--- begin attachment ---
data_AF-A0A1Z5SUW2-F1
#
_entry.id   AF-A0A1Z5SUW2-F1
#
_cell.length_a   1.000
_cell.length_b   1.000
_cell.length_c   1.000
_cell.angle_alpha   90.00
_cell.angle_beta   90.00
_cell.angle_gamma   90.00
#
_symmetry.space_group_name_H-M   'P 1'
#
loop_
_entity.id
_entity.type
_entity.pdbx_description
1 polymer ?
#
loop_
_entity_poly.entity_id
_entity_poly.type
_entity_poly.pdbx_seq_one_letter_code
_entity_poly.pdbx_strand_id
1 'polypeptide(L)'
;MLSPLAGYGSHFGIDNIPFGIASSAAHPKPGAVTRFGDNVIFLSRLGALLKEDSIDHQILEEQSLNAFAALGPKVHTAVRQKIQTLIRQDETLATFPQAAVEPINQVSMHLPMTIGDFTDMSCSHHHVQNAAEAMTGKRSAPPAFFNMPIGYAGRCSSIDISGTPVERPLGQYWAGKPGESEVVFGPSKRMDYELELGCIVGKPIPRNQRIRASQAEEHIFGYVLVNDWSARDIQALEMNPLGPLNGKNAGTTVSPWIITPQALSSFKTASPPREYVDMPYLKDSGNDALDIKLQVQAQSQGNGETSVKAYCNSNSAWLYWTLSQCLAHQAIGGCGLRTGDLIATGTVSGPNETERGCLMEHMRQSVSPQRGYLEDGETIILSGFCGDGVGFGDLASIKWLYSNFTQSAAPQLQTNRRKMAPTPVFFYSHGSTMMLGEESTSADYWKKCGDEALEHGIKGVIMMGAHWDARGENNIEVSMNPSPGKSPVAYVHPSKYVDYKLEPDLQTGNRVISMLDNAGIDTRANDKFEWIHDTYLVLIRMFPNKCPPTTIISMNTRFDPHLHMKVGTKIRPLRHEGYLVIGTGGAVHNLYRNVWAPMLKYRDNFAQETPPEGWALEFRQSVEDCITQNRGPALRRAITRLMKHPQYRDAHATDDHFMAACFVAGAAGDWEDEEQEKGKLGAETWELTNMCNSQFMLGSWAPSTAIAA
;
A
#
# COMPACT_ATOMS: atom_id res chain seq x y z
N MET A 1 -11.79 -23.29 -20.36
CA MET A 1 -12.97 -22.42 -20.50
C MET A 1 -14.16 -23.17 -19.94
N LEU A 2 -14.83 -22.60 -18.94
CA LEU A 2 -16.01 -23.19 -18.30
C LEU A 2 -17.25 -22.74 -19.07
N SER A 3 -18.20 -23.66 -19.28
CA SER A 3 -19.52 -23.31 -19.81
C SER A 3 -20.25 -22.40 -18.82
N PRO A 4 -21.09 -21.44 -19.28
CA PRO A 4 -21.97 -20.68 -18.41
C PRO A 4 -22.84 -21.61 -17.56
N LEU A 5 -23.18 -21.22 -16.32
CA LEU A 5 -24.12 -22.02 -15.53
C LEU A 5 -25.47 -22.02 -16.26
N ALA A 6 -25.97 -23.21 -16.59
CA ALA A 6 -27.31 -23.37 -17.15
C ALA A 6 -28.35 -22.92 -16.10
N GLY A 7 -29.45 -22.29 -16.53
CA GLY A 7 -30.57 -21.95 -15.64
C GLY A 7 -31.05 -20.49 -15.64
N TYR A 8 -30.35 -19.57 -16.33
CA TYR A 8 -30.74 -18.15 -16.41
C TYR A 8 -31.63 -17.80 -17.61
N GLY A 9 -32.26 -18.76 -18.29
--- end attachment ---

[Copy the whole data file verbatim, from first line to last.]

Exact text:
data_AF-A0A1Z5SUW2-F1
#
_entry.id   AF-A0A1Z5SUW2-F1
#
_cell.length_a   1.000
_cell.length_b   1.000
_cell.length_c   1.000
_cell.angle_alpha   90.00
_cell.angle_beta   90.00
_cell.angle_gamma   90.00
#
_symmetry.space_group_name_H-M   'P 1'
#
loop_
_entity.id
_entity.type
_entity.pdbx_description
1 polymer ?
#
loop_
_entity_poly.entity_id
_entity_poly.type
_entity_poly.pdbx_seq_one_letter_code
_entity_poly.pdbx_strand_id
1 'polypeptide(L)'
;MLSPLAGYGSHFGIDNIPFGIASSAAHPKPGAVTRFGDNVIFLSRLGALLKEDSIDHQILEEQSLNAFAALGPKVHTAVRQKIQTLIRQDETLATFPQAAVEPINQVSMHLPMTIGDFTDMSCSHHHVQNAAEAMTGKRSAPPAFFNMPIGYAGRCSSIDISGTPVERPLGQYWAGKPGESEVVFGPSKRMDYELELGCIVGKPIPRNQRIRASQAEEHIFGYVLVNDWSARDIQALEMNPLGPLNGKNAGTTVSPWIITPQALSSFKTASPPREYVDMPYLKDSGNDALDIKLQVQAQSQGNGETSVKAYCNSNSAWLYWTLSQCLAHQAIGGCGLRTGDLIATGTVSGPNETERGCLMEHMRQSVSPQRGYLEDGETIILSGFCGDGVGFGDLASIKWLYSNFTQSAAPQLQTNRRKMAPTPVFFYSHGSTMMLGEESTSADYWKKCGDEALEHGIKGVIMMGAHWDARGENNIEVSMNPSPGKSPVAYVHPSKYVDYKLEPDLQTGNRVISMLDNAGIDTRANDKFEWIHDTYLVLIRMFPNKCPPTTIISMNTRFDPHLHMKVGTKIRPLRHEGYLVIGTGGAVHNLYRNVWAPMLKYRDNFAQETPPEGWALEFRQSVEDCITQNRGPALRRAITRLMKHPQYRDAHATDDHFMAACFVAGAAGDWEDEEQEKGKLGAETWELTNMCNSQFMLGSWAPSTAIAA
;
A
#
# COMPACT_ATOMS: atom_id res chain seq x y z
N MET A 1 -11.79 -23.29 -20.36
CA MET A 1 -12.97 -22.42 -20.50
C MET A 1 -14.16 -23.17 -19.94
N LEU A 2 -14.83 -22.60 -18.94
CA LEU A 2 -16.01 -23.19 -18.30
C LEU A 2 -17.25 -22.74 -19.07
N SER A 3 -18.20 -23.66 -19.28
CA SER A 3 -19.52 -23.31 -19.81
C SER A 3 -20.25 -22.40 -18.82
N PRO A 4 -21.09 -21.44 -19.28
CA PRO A 4 -21.97 -20.68 -18.41
C PRO A 4 -22.84 -21.61 -17.56
N LEU A 5 -23.18 -21.22 -16.32
CA LEU A 5 -24.12 -22.02 -15.53
C LEU A 5 -25.47 -22.02 -16.26
N ALA A 6 -25.97 -23.21 -16.59
CA ALA A 6 -27.31 -23.37 -17.15
C ALA A 6 -28.35 -22.92 -16.10
N GLY A 7 -29.45 -22.29 -16.53
CA GLY A 7 -30.57 -21.95 -15.64
C GLY A 7 -31.05 -20.49 -15.64
N TYR A 8 -30.35 -19.57 -16.33
CA TYR A 8 -30.74 -18.15 -16.41
C TYR A 8 -31.63 -17.80 -17.61
N GLY A 9 -32.26 -18.76 -18.29